|LEGISLATORS SET ZERO PERCENT TAX LEVY GOAL
County Legislators set a goal for no tax levy increase in the 2006 budget. The levy is the total amount of property tax collected in the county. The zero percent goal implies very little increase in mandated and non-mandated costs in 2006, as well as the use of existing funds to offset a tax increase. The Legislators were largely in agreement that meeting the goal will be difficult and perhaps impossible - but the majority felt it was important to set stringent limits. As a result of increasing assessments of property values, holding the tax levy flat would reduce the tax rate, which is the amount of tax per $1,000 of assessed property value. The tax rate is currently $7.18 per $1,000. If the Legislators meet their goal, the tax rate would drop to $6.72 per $1,000, lowering the tax bill on a $100,000 house by about $46. The measure passed by a vote of 10 to 3, with Legislators Tim Joseph, Michael Koplinka-Loehr, and Nancy Schuler opposed. Legislators Dooley Kiefer and George Totman were absent. Contacts: Michael Koplinka-Loehr, Chair, Budget and Capital Committee, 257-2329; County Administrator Stephen Whicher, 274-5551.
COUNTY SETS SALARY LEVELS FOR NON-UNION EMPLOYEES
A group of 108 County employees who are not represented by a union will receive small raises retroactive to the start of 2005. The Legislature voted 12 to 1 (Dick Booth voted no; Dooley Kiefer and George Totman were absent) to approve raises of between 1.5 and 2.0 percent of 2004 salary levels for its management and confidential employee groups. A major feature of the management deal is a new three-tiered prescription plan that will require employee co-pays of $5, $15, and $25. The current prescription co-pay for most County employees is a two-tiered plan of $2 and $10. When the new plan is put in place, salaries will go up by another 0.6 percent. If the Civil Service Employees Association (CSEA) White Collar unit, whose contract expired at the end of last year, settles for a higher percentage raise, the non-union group will receive the same increase. The contracts for both the CSEA White Collar and Blue Collar units have been passed on to state officials for mediation. On a related topic, County Administrator Steve Whicher reported that state mediation of the contract for the Sheriff's road patrol union has failed to produce an agreement. The New York State Public Employment Relations Board (PERB) has moved the contract from mediation, where the parties are encouraged to seek a voluntary agreement, to what is called "fact finding," in which the parties in the negotiation present their information to a neutral party for a recommendation. Contacts: Steve Whicher, County Administrator, 274-5551; Anita Fitzpatrick, Commissioner of Personnel, 274-5526.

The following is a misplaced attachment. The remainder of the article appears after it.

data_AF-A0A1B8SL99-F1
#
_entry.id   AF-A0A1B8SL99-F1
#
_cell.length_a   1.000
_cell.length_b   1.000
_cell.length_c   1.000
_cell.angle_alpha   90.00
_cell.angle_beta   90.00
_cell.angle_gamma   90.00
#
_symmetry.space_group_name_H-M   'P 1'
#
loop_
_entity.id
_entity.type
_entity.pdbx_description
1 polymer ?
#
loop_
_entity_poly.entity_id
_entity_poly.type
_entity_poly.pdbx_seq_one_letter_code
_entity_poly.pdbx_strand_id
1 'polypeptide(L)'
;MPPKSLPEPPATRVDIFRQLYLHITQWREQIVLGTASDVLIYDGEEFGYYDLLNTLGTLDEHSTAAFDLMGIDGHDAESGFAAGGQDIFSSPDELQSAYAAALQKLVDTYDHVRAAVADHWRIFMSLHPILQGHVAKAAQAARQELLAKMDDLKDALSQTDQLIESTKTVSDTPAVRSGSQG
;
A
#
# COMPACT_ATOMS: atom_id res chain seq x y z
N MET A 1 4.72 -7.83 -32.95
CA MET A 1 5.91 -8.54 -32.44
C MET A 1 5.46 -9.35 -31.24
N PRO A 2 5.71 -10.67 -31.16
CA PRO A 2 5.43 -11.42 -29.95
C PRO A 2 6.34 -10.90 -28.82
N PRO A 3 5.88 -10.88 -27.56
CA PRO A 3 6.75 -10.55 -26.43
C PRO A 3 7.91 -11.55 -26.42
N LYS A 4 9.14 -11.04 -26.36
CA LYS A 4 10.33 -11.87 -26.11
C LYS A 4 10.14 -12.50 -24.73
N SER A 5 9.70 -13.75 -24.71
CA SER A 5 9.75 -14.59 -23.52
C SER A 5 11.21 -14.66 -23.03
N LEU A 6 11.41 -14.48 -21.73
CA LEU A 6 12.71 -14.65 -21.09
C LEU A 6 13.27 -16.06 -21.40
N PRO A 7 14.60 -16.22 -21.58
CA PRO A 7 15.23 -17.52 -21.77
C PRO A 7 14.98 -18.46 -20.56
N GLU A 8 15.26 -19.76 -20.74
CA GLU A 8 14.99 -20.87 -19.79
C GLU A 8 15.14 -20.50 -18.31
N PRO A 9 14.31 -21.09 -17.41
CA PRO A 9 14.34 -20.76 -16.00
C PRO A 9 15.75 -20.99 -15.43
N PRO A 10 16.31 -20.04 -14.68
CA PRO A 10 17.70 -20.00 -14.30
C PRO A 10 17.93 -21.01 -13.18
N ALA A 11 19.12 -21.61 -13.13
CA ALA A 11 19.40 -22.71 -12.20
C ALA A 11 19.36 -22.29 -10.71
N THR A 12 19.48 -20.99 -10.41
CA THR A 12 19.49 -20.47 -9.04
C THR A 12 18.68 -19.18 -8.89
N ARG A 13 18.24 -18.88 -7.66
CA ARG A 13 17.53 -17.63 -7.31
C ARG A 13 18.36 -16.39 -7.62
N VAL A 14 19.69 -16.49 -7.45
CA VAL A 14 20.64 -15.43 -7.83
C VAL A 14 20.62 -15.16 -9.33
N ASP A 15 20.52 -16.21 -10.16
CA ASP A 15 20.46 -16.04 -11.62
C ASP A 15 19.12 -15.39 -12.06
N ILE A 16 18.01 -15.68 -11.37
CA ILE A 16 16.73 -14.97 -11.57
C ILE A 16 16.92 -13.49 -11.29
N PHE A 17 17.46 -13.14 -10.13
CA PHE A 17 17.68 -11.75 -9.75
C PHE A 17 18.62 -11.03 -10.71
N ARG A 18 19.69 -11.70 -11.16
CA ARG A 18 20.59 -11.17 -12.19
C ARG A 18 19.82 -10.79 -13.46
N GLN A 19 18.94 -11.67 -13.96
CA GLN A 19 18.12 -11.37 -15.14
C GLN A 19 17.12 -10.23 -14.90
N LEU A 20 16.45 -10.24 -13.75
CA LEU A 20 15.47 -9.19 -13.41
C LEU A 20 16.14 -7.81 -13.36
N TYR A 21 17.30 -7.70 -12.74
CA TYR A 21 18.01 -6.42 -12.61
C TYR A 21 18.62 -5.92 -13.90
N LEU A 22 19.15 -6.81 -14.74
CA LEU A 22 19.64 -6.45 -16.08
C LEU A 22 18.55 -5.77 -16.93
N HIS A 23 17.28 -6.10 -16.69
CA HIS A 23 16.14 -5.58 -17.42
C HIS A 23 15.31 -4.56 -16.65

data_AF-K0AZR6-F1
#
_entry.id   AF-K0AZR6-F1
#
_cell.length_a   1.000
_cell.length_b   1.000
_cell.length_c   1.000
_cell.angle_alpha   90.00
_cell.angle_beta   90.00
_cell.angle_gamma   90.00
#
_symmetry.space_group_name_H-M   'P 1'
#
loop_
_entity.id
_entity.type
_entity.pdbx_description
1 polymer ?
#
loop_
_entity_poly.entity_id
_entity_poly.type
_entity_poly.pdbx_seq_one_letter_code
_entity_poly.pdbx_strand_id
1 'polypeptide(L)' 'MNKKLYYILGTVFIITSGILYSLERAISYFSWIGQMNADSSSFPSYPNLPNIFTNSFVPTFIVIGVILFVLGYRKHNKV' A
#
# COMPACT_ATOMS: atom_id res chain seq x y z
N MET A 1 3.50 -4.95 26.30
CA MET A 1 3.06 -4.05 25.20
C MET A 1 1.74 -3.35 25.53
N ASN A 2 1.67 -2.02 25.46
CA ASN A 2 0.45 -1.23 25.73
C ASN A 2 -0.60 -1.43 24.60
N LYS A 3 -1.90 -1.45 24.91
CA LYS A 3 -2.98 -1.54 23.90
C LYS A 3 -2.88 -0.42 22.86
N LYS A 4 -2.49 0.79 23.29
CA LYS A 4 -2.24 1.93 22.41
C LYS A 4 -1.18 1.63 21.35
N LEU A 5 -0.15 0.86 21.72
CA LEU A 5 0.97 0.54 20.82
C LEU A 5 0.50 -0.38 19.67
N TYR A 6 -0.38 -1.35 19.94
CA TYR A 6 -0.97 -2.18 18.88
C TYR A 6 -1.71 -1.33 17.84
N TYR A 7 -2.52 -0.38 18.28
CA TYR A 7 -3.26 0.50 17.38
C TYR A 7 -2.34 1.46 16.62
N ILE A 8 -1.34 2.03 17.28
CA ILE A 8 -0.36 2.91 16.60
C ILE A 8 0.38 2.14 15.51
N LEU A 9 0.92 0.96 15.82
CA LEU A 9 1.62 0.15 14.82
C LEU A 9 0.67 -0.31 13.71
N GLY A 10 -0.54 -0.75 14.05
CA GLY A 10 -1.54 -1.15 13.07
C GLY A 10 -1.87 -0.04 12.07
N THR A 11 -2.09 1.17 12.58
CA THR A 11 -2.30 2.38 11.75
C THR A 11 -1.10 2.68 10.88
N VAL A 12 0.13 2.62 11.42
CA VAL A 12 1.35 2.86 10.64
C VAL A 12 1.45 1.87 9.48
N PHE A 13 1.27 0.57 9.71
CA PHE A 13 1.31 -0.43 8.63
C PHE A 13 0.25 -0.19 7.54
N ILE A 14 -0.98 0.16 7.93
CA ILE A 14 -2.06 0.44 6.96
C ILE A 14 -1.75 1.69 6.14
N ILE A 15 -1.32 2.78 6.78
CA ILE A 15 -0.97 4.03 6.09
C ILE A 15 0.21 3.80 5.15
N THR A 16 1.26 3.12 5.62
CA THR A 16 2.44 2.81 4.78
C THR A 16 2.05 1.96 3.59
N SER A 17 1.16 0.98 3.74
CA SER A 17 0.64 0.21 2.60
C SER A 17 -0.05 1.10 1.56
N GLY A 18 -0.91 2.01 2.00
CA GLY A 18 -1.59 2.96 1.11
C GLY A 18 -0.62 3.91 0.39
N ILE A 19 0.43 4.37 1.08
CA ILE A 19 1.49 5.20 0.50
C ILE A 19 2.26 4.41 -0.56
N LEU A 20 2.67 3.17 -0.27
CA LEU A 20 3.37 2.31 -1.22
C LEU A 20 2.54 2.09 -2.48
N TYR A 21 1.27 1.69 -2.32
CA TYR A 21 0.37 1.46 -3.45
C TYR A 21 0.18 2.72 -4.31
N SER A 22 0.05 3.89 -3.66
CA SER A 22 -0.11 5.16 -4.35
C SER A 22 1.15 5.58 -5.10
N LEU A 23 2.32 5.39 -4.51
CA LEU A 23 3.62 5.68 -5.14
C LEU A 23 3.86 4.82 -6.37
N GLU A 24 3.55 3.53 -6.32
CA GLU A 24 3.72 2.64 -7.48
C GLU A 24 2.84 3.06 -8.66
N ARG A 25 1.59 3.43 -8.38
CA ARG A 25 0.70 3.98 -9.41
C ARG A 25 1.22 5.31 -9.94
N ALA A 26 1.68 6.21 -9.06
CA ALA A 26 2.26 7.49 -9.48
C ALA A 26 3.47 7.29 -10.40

TWO PROPERTY ASSESSMENT EXEMPTIONS PASS; ONE FAILS
The Legislature passed two new assessment exemptions that can be used by eligible residents of Tompkins County. Approved were an exemption for historic barns to encourage their maintenance and preservation, and an exemption for major improvements to property to accommodate disabled residents. A one-year trial of deductions of unreimbursed medical expenses from income used to establish senior citizen assessment exemptions failed to pass. Contact: Michael Lane, Chair, Government Operations Committee, 844-8440.
LEGISLATURE ACCEPTS RECOMMENDATIONS FOR IMPROVEMENTS
The Legislature voted unanimously to accept recommendations resulting from a strategic planning process the County undertook over the past six months. The process, which involved multiple group processes to collect and synthesize input from County department heads and Legislators, did not yield the foundation of a strategic plan, as was originally intended. Legislators involved in the process, led by Michael Koplinka-Loehr, found that consensus on the selection of a few key items from the multiplicity of suggestions was elusive. Instead, the result is a set of recommendations that will guide organization-wide improvements. Contact: Michael Koplinka-Loehr, Strategic Planning Committee, 257-2329.
PUBLIC HEALTH DIRECTOR RE-APPOINTED
The Legislature voted unanimously to approve the re-appointment of Alice Cole to a third six-year term as Tompkins County Public Health Director. Cole is a lifelong Tompkins County resident and worked for the County as a supervising public health nurse and director of patient services before being appointed as the Health Department director in 1993. Contacts: Steve Whicher, County Administrator, 274-5551; Alice Cole, Health Department, 274-6674.